I think it's more interesting if you don't bother, and just use where on group.Key, in which case if there is no grouping, you get the empty enumerable for free. I also used .Take(1) instead of FirstOrDefault(), then selected over the 0 or 1 element enumerable,
instead of explicitly handling the empty case, which I find far too satisfying for words

I'm pretty happy with this, though there really should be better "control" Linq operators.

static IEnumerable<T> QuickSort<T>(IEnumerable<T> enumerable) where T : IComparable<T> {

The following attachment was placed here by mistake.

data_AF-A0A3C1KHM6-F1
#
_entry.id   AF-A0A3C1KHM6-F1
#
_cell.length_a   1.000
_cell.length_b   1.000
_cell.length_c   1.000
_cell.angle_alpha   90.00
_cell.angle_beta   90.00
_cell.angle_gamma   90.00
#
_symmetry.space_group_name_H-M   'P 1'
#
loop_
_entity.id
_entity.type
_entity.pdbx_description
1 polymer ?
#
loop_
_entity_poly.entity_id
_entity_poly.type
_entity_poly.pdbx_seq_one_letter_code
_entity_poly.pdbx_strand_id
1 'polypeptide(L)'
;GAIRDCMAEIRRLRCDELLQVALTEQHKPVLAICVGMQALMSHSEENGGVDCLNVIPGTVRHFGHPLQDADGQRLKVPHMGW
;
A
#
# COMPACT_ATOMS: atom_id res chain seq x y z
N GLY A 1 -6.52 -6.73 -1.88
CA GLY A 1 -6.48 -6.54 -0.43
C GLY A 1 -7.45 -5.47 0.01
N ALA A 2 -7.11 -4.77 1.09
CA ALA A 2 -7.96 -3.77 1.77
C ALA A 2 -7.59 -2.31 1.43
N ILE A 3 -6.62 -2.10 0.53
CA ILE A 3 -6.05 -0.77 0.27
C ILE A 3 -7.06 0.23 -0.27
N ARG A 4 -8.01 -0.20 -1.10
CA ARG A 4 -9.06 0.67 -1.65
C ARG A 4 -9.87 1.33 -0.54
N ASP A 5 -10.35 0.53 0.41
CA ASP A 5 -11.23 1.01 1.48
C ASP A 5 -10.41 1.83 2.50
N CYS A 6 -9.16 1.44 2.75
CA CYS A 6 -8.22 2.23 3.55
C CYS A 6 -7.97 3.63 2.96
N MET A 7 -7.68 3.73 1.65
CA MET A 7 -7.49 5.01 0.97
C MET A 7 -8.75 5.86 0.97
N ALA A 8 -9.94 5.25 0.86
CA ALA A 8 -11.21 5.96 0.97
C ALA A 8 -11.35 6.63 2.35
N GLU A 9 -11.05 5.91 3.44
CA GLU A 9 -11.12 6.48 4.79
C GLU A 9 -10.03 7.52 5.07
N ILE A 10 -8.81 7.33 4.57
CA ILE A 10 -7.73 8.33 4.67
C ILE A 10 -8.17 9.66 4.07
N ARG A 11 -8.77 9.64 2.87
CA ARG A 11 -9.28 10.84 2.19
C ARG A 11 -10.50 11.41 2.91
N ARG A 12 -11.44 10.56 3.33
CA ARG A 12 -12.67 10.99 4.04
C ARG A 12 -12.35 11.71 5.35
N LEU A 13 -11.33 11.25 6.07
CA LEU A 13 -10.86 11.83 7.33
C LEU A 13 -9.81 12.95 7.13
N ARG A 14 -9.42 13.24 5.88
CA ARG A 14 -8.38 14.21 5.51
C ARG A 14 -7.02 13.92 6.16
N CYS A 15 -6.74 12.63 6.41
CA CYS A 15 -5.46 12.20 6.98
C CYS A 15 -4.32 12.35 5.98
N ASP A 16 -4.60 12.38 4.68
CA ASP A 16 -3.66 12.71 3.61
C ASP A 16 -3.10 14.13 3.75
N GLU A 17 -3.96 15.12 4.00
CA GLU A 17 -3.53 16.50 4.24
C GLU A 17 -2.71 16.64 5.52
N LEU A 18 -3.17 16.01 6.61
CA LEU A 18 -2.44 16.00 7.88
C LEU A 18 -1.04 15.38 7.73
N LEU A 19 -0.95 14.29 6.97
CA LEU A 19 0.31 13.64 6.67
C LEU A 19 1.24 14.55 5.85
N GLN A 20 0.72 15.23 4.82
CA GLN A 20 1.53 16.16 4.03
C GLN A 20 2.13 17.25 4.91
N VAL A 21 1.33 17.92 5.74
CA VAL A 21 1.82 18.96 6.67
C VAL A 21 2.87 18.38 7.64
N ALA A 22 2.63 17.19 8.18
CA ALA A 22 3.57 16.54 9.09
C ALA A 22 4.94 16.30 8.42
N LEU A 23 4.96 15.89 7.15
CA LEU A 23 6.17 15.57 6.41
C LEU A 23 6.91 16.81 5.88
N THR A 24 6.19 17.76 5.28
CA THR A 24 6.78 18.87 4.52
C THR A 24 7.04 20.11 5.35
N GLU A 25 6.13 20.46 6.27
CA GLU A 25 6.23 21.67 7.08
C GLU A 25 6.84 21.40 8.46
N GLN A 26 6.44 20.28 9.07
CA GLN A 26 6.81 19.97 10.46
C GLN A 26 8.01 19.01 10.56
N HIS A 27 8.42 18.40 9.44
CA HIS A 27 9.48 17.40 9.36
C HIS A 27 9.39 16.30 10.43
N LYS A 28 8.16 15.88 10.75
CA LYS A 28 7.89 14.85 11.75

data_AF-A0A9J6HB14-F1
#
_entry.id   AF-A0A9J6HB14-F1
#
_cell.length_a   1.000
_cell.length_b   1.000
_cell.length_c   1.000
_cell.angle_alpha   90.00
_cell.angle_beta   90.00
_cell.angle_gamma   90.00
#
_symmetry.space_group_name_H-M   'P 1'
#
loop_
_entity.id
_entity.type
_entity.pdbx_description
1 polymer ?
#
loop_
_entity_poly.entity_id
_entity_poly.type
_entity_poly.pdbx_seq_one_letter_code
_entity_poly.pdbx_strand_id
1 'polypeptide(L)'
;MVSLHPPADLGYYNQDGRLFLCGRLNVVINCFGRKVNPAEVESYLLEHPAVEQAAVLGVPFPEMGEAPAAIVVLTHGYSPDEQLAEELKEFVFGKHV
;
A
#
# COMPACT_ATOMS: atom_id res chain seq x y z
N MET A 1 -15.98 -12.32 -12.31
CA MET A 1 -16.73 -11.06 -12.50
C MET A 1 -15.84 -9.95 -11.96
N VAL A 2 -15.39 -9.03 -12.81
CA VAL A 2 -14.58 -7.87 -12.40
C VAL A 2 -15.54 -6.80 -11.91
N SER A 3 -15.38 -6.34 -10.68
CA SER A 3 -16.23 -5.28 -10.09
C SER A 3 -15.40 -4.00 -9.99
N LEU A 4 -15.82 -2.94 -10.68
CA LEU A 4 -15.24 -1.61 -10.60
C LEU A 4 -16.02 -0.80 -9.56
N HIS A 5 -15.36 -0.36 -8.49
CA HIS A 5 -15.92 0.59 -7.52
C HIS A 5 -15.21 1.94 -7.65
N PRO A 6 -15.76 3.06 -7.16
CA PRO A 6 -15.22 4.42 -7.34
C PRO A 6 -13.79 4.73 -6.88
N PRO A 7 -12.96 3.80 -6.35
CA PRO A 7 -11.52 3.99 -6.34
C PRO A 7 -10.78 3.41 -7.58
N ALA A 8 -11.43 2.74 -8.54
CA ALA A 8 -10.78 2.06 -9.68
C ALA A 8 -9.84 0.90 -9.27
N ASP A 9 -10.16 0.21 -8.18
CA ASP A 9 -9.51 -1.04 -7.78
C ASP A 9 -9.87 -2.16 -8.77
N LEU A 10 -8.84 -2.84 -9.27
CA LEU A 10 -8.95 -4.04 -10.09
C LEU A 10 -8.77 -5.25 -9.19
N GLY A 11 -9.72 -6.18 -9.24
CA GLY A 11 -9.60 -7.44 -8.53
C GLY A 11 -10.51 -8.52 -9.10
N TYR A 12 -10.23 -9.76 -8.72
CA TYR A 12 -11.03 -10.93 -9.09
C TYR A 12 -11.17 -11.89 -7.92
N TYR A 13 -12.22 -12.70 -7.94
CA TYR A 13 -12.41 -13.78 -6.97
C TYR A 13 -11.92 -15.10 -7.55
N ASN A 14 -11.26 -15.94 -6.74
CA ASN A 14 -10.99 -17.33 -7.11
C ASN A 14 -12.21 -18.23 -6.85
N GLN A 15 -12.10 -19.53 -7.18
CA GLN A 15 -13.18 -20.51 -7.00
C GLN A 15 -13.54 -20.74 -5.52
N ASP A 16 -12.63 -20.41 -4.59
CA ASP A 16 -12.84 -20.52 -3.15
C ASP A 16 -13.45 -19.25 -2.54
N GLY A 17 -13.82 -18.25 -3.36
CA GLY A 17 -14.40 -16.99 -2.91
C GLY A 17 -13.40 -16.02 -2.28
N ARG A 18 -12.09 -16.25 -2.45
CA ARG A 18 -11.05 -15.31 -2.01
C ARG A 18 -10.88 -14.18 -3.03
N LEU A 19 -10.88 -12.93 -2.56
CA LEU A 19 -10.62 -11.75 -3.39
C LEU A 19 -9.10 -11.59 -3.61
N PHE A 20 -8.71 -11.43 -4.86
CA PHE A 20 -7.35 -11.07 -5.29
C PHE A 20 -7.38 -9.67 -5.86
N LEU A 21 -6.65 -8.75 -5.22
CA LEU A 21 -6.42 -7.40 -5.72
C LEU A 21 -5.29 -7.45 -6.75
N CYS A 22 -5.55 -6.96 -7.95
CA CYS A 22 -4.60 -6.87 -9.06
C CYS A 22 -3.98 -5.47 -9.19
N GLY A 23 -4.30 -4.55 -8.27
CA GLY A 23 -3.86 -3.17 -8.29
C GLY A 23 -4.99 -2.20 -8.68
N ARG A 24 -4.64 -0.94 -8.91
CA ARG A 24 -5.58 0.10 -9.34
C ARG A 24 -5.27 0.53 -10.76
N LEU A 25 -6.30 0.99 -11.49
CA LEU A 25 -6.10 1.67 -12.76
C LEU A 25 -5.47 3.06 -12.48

var ps = enumerable.Take(1);
var pt = from pivot in ps from x in enumerable.Skip(1)
group x by 0 < x.CompareTo(pivot);
var lt = pt.Where(g => !g.Key).SelectMany(g => QuickSort(g));
var gt = pt.Where(g => g.Key).SelectMany(g => QuickSort(g));
return lt.Concat(ps).Concat(gt);
}

## Comments

## C9 Lectures: Dr. Erik Meijer - Functional Programming Fundamentals, Chapter 1 of 13

I think it's more interesting if you don't bother, and just use where on group.Key, in which case if there is no grouping, you get the empty enumerable for free. I also used .Take(1) instead of FirstOrDefault(), then selected over the 0 or 1 element enumerable, instead of explicitly handling the empty case, which I find far too satisfying for words

## C9 Lectures: Dr. Erik Meijer - Functional Programming Fundamentals, Chapter 1 of 13

I'm pretty happy with this, though there really should be better "control" Linq operators.